CONSERT - COmet Nucleus Sounding Experiment by Radio-wave Transmission
The CONSERT instrument is the only instrument of the Rosetta mission that uses equipment located on both the orbiter and the lander units. The scientific goal is to explore the interior and the internal structure of the cometary nucleus through radio waves. A radio signal is sent by the CONSERT orbiter unit towards the surface and penetrates through the nucleus. It is received and retransmitted by the instrument unit onboard the lander and after a second travel through the nucleus it is finally measured by the orbiter unit of the instrument. The signal changes allow to conclude on the internal structure of the comet. Durung the transfer of the lander from the orbiter to the comet's surface, CONSERT will be operated like a "normal" radar instrument.
The internal structure of a cometary nucleus is widely unknown so far. Is it a loose mixture of snow and solid particles? Does it contain smaller planetesimals, the likely building stones of the planets during the formation era of the planetary system? Are there voids and large scale structures found in the nucleus interior? Answers to these questions are expected to come from the CONSERT instrument. The following specific physical properties of the nucleus shall be determined:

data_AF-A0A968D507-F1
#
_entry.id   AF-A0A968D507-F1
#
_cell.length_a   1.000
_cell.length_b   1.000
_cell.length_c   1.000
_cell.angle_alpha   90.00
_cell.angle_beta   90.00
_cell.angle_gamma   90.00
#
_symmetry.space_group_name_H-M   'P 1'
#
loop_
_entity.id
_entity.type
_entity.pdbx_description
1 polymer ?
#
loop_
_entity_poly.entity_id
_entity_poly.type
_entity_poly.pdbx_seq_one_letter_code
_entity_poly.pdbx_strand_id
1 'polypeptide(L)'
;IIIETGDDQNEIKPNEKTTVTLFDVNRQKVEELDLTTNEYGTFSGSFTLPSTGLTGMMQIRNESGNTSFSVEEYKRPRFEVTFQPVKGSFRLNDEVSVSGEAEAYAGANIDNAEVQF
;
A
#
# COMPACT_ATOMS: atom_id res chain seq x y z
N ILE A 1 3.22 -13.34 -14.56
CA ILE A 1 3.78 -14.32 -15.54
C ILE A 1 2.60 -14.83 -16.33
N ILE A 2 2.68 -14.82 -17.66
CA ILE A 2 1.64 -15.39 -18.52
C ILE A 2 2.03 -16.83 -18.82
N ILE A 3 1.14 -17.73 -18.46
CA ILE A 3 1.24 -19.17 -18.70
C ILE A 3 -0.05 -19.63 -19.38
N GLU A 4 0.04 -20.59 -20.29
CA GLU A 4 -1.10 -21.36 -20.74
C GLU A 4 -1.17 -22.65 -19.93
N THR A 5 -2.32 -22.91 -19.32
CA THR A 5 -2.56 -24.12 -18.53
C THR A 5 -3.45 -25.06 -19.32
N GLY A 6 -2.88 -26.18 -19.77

- the material of the nucleus interior
- the dimensions of possible substructures in the nucleus
- the presence and thickness of intrinsic layers in the nucleus
- the permittivity of the top layer near landing site
The CONSERT-antenna on the orbiter consists of two crossed dipole-antennas with reflectors (1500g); the antenna on the lander consists of two crossed monopole-antennas (300g). This is complemented by the necessary electronics. Both antennas - on the orbiter and the lander - serve as sender and receiver of the instrument signals. The instrument uses radio frequencies of 90 MHz with a band width of 8 MHz.
Three institutions have contributed to the CONSERT instrument hardware: the Laboratoire de Planétologie de Grenoble, the Ruhr-Universität Bochum and the MPS. The MPS was responsible for the antenna concept, design, building, testing, and verification of the antenna units, while the French colleagues developed the respective instrument electronics. Principla investigator of the instrument is Wlodek Kofman from the Laboratoire de Planétologie de Grenoble.